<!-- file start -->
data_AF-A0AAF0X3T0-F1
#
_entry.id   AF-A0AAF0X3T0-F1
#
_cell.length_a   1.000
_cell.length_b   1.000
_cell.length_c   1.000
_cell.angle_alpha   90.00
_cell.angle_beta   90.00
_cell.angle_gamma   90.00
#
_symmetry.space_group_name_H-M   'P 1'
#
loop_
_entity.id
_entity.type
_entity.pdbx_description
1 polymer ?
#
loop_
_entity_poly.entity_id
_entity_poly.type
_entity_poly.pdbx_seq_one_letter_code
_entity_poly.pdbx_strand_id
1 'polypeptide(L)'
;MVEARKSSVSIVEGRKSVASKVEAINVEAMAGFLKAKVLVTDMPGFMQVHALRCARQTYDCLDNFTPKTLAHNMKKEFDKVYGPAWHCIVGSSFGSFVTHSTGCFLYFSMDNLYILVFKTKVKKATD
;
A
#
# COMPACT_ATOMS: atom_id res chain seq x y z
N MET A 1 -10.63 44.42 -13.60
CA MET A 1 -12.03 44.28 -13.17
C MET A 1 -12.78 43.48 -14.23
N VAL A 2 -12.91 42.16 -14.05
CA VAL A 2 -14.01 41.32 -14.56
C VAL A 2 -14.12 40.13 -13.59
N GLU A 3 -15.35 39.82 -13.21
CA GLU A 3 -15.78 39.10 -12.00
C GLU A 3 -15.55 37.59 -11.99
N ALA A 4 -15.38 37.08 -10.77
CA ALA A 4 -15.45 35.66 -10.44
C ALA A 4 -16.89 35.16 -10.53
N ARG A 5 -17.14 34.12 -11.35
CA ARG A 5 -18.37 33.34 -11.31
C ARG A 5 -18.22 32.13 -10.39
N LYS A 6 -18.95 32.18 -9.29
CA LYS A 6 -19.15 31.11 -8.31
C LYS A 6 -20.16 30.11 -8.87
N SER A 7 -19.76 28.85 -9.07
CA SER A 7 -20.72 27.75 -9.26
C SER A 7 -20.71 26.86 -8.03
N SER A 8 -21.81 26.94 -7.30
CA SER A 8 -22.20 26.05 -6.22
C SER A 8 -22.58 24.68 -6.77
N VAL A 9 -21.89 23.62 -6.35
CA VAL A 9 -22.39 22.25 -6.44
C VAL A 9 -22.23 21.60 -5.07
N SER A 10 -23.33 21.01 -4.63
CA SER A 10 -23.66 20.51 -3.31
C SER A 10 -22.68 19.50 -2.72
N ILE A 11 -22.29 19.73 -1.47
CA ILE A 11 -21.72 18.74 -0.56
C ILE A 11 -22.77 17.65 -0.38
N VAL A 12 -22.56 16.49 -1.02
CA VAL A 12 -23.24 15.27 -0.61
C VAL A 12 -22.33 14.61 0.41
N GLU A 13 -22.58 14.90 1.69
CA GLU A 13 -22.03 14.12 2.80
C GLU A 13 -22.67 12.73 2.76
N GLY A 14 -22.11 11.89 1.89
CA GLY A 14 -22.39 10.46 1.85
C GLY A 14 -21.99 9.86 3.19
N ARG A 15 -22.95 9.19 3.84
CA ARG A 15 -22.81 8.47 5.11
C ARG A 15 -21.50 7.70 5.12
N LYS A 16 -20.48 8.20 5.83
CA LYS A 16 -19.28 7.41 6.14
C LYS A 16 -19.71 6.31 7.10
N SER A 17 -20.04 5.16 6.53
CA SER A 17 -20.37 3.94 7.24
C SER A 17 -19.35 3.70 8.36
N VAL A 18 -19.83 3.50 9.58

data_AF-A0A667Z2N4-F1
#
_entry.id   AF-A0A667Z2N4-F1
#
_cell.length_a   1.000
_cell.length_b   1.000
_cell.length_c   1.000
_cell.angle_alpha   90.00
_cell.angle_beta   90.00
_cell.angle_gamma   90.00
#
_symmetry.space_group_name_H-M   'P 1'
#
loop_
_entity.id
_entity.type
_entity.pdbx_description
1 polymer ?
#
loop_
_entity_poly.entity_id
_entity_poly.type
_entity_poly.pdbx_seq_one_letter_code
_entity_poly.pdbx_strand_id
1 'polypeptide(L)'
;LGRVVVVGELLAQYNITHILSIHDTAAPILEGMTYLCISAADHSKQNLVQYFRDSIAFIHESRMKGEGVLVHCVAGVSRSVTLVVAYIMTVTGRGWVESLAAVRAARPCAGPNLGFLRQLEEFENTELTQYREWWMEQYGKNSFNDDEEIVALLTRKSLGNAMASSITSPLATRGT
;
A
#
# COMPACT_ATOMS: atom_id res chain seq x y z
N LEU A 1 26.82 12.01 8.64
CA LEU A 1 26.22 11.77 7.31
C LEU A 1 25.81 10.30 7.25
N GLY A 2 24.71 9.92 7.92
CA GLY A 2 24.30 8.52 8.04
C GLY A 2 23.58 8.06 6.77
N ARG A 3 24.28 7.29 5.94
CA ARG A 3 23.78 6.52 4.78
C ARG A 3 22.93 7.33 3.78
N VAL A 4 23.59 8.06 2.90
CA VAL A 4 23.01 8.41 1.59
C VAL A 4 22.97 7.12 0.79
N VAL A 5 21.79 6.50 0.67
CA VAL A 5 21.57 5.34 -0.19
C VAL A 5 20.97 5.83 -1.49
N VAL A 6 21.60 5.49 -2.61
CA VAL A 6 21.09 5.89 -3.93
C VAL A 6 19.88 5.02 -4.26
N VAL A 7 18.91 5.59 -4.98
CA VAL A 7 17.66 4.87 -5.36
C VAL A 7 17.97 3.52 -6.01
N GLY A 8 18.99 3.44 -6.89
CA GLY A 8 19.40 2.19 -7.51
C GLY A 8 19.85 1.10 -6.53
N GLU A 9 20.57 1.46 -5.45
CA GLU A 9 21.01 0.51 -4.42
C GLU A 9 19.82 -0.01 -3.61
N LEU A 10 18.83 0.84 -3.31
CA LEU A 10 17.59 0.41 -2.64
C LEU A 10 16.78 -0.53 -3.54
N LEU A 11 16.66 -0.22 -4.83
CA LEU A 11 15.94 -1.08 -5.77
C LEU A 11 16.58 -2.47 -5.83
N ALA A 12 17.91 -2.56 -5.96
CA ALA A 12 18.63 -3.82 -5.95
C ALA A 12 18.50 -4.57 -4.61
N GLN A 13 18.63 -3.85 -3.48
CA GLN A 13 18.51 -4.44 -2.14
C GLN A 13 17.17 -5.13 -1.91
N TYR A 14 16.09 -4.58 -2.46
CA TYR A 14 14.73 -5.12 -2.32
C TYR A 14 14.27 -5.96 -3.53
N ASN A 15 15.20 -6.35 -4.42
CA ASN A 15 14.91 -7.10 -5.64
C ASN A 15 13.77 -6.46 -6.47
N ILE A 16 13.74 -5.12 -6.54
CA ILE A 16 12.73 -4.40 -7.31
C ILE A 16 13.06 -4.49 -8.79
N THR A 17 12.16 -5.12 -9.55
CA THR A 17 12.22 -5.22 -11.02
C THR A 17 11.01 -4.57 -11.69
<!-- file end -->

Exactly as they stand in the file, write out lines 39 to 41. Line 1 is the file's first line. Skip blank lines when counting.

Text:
C GLU A 3 -15.55 37.59 -11.99
N ALA A 4 -15.38 37.08 -10.77
CA ALA A 4 -15.45 35.66 -10.44